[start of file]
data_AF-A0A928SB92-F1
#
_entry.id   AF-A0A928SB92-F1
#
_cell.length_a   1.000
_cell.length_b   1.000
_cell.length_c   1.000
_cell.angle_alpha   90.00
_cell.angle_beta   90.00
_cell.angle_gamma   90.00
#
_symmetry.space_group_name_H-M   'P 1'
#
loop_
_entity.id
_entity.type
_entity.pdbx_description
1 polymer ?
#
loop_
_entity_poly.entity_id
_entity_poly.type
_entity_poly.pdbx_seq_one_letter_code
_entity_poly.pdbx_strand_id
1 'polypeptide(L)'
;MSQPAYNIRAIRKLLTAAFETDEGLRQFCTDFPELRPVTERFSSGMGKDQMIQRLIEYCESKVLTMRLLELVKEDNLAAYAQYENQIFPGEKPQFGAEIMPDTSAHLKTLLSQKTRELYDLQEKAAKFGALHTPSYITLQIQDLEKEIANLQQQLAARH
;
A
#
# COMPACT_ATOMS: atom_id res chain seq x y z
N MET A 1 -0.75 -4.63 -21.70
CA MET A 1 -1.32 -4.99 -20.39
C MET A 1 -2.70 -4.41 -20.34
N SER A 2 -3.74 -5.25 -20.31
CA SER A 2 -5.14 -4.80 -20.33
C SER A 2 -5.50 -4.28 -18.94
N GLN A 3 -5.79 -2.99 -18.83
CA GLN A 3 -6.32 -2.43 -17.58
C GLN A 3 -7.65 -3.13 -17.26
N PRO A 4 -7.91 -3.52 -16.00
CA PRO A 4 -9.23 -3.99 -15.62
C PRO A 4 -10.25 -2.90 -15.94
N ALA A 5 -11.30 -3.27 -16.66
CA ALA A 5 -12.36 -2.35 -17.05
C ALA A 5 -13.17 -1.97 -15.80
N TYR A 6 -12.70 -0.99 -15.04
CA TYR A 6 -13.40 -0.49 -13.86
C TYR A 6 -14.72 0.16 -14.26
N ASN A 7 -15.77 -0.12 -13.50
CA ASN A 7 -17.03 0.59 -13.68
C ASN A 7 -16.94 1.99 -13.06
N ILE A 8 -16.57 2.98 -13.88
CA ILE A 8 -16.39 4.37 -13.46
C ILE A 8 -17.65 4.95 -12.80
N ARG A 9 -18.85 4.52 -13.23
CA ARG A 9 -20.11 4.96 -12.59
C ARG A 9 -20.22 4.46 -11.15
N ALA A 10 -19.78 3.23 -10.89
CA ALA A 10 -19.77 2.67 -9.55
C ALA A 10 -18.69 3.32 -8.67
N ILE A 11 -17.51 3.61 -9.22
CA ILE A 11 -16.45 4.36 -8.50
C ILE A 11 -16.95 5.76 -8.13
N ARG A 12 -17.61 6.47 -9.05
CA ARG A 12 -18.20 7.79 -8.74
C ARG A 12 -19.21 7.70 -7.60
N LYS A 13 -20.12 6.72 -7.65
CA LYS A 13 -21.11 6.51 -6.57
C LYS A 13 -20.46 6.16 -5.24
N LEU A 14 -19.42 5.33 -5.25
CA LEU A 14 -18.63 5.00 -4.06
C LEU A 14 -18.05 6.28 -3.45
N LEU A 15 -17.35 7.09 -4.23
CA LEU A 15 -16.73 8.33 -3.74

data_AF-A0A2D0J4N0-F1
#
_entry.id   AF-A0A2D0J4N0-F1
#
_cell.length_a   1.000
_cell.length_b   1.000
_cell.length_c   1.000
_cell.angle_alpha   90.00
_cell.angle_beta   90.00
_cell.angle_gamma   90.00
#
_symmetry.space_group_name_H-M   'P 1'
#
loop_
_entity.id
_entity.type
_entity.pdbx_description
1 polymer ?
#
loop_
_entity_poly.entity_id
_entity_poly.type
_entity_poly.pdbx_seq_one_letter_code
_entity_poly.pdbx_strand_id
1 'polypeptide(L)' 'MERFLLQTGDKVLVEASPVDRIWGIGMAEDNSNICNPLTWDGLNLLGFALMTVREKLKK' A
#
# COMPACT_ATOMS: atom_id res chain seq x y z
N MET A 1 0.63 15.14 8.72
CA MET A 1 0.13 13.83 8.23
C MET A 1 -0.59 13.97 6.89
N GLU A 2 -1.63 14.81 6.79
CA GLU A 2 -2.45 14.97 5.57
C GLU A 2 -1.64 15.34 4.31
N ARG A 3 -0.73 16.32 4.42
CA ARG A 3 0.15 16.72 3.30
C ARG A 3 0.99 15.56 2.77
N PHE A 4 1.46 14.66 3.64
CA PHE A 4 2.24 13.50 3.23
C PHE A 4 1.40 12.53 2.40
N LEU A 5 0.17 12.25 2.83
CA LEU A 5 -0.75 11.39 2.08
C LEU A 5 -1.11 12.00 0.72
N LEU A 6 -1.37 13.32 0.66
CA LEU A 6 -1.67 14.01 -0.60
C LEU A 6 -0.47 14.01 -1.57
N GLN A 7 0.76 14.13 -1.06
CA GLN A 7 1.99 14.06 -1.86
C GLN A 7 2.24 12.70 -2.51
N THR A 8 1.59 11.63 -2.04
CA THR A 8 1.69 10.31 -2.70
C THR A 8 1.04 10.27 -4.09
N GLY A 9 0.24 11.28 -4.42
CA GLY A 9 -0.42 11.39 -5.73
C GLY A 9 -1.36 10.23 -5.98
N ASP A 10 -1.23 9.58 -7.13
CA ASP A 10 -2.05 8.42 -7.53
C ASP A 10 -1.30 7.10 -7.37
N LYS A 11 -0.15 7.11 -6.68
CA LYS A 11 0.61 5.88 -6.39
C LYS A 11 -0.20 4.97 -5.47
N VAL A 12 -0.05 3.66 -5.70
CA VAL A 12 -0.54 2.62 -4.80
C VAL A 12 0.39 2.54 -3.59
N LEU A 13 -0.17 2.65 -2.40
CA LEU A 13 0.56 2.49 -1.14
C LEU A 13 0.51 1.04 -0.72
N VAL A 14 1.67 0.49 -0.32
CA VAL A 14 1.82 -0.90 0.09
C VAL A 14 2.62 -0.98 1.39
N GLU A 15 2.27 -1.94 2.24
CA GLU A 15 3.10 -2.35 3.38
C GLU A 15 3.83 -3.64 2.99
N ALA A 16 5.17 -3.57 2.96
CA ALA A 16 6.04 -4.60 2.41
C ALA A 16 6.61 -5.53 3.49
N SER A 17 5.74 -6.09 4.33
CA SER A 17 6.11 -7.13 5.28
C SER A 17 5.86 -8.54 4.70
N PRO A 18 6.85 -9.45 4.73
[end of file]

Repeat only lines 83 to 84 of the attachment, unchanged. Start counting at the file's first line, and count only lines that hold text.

_cell.angle_beta   90.00
_cell.angle_gamma   90.00